Closer to Completion

This week I finished the inner boxes for If I could save time in a bottle.

Some of the dividers will need straightening when I finally get to the stage of inserting all the labelled bottles.

I also glued on all the front labels.

I have enough of the blue/grey paper left to do the labels for the backs of the boxes, but I will have to purchase more to make covers for the little book with all the dates and their explanations. I had not allowed for doubling the sides of the inner boxes as well as the ends. Let’s hope the store still has some of the same paper left! It is a pastel paper —Fabriano Tiziano— which they regularly keep in stock, so I should be alright. If they are out of it, I can always try to match either the outer box or the ribbon.

I have also done a little more flattening of pages from the Decomp book.

Working with wet paper was a pleasanter job than gluing things in the warm weather we have been having.

Keeping cool has become more important with the hot weather, and this changes what I cook as well. Because I have a birthday this month (and presents are always nice) here is a gift of my recipe for Chilled Potato-Cucumber Soup. I made this up last week and it worked out really well.

(If you wish, you can download a pdf here.)

I cooked this a day ahead but you could do it the morning of the day you plan to serve it. I used homemade chicken stock left from cooking a stewing hen which came pre-loaded with salt, so I added no salt at all. I went with the English cucumber since that was what we had in the fridge. We also had an overabundance of chives in the garden but if you don’t, you could chop a small onion and cook it with the potatoes. I added a small amount of water just before serving because the soup had thickened while chilling. The chicken —meat from one cooked chicken leg, back on— was stirred in just before serving. With the meat, the soup served David and me as a main course for supper with enough left over for lunch the next day. I will make this again when there is fresh dill in the garden, and perhaps try stirring in some finely diced tomato at the end for more colour.


In other book arts news:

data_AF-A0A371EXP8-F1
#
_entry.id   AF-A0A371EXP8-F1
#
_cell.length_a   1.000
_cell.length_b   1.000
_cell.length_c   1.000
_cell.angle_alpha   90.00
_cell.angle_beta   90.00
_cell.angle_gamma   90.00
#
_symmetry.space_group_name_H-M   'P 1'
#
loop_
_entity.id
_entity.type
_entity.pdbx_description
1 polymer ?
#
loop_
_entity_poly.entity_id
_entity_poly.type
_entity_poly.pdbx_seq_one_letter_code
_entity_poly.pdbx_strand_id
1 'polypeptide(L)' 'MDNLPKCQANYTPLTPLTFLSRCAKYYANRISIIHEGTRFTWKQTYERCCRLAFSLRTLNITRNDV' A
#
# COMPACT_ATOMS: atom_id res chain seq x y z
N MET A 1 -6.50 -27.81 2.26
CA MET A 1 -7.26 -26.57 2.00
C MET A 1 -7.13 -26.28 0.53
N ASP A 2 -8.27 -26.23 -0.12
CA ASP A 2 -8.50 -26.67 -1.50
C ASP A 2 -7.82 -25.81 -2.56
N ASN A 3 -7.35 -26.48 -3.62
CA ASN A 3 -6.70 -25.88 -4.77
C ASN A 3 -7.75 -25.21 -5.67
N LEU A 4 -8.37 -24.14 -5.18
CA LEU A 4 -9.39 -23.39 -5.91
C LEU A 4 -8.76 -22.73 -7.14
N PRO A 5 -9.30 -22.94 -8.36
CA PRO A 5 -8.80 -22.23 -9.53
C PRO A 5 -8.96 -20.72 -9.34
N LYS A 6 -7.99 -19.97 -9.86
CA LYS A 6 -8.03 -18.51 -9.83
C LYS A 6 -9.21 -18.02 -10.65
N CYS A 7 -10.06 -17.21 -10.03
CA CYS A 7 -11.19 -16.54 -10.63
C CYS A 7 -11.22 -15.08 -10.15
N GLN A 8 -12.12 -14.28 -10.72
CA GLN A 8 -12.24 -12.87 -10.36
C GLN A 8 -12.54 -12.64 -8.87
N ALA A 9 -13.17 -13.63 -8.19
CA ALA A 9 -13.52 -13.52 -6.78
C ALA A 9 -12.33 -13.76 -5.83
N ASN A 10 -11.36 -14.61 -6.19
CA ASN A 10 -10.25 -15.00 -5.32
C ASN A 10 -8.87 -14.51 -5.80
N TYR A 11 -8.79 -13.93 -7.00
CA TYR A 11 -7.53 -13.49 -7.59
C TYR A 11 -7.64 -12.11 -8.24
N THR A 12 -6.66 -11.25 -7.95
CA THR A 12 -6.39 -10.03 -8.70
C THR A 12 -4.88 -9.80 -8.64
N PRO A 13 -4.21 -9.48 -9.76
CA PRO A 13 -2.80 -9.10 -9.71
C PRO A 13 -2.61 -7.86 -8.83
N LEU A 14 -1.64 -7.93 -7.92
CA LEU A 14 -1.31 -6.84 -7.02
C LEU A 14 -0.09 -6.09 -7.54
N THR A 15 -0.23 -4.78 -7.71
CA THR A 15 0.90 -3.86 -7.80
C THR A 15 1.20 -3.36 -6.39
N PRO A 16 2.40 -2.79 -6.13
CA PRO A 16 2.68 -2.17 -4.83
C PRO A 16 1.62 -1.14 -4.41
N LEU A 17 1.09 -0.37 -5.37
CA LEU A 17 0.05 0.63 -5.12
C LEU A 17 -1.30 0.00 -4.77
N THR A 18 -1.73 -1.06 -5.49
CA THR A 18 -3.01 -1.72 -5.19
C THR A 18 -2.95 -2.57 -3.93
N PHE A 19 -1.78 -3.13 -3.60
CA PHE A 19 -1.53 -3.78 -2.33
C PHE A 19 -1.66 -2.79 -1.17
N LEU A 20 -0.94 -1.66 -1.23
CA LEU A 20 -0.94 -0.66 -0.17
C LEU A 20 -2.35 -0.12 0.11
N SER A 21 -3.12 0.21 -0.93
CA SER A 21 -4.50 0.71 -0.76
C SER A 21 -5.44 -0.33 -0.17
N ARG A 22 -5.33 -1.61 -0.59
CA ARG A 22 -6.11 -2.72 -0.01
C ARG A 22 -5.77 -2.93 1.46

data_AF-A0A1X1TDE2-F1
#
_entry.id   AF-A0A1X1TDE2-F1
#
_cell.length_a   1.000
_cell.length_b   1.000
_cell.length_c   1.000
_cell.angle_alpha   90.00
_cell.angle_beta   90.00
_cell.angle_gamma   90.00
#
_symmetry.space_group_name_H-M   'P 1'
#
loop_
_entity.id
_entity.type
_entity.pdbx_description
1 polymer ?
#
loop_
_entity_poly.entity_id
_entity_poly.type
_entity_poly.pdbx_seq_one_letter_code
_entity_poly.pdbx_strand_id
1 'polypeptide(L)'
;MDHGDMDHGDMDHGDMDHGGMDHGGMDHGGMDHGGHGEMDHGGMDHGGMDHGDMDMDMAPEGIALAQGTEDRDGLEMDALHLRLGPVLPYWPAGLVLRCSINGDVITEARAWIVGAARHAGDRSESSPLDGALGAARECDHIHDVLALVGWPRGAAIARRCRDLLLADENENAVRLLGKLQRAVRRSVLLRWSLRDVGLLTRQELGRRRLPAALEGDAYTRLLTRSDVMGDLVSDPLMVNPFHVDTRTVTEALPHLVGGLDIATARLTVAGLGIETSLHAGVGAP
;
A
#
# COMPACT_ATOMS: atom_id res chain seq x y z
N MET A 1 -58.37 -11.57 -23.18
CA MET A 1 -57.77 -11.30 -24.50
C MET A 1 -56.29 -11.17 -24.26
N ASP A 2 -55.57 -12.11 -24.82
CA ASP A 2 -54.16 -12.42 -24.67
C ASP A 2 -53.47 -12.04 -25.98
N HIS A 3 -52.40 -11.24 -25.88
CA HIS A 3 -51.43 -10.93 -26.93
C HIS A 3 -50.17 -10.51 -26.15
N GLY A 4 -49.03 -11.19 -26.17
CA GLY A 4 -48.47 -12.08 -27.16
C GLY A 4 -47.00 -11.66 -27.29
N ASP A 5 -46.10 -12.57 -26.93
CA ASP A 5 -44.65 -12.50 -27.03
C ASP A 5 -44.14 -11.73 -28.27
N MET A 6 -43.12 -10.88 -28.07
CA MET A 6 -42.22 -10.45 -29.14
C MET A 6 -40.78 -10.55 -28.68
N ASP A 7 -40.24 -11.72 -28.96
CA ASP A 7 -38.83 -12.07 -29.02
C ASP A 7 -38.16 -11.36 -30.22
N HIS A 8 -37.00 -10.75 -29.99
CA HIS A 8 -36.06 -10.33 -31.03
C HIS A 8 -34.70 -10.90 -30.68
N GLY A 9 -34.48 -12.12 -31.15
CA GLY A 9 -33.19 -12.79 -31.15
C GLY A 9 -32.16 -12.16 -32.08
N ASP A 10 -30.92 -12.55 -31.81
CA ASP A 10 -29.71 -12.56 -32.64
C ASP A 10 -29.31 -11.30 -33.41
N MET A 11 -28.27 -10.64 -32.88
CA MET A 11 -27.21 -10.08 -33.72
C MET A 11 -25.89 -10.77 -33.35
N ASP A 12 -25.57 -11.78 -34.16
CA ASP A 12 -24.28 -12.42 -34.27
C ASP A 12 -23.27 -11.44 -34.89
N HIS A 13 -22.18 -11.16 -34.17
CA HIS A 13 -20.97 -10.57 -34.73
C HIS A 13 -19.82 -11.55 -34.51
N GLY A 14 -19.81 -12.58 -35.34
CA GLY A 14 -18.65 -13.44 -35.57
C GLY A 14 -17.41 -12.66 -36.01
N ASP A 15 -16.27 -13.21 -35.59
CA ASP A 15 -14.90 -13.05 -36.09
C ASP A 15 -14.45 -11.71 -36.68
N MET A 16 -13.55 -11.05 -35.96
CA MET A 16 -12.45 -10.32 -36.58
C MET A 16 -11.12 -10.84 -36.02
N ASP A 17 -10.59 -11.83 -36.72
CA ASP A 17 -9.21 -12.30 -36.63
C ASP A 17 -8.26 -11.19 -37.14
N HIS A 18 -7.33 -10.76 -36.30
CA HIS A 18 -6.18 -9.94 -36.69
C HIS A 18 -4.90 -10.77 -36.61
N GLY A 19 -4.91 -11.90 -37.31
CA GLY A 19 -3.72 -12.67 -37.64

Have you ever wondered where books come from?

This post has turned up in several different places in the last couple of weeks, but in case you have not encountered it yet, I recommend going here to read the post on Zwischen den Stühlen.


In knitting news:

The turquoise shawl is finished and blocked,

and a yellow one is almost complete.


About the forest tent caterpillars: (Please note — only one image below shows actual caterpillars, and it is not a close-up.)

Yesterday we noticed the first caterpillar building a cocoon. The food supply has pretty much run out and many of the small caterpillars will definitely not make it to moth-hood. They have eaten all the trembling aspen leaves.

They have eaten all the leaves and the flowers on the fruit trees. The picture below was what would have been a clump of crabapple leaves in a normal year.

Fortunately, the caterpillars are less fond of lilac.

After the caterpillars moved into the elm tree that overhangs the house, we had to sweep the front porch every couple of hours because it kept looking like this.

Our lovely assistant Kemuri has developed a bit of a phobia about caterpillars. She does not like stepping on them, and she really doesn’t like them falling on her from the sky.

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About Byopia Press

I have been working in the book arts field for more than twenty years, and operating Byopia Press with my husband David since the late 1990s. I began producing artist's books and altered books in 2004.
This entry was posted in artist's books, book arts, instructions, knitting and tagged , , , , . Bookmark the permalink.

12 Responses to Closer to Completion

  1. ARTrivative says:

    Can’t wait to see these finished! ❤

    Like

  2. So creative and varied a post!

    – Esme upon the Cloud

    Like

  3. That project seems to be coming along swiftly and it’s looking great so far. I am looking forward to seeing and reading more about it!

    Like

  4. Pingback: How to make cooked wheat starch paste | Byopia Press

  5. Mary Jo says:

    I got to this post by way of the BookArts list. Thanks for the soup recipe (and the paste instructions), it’s been hot and humid here in Wisconsin for a few days and this sounds really good.

    Like

  6. Pingback: Close, But Not Quite | Byopia Press

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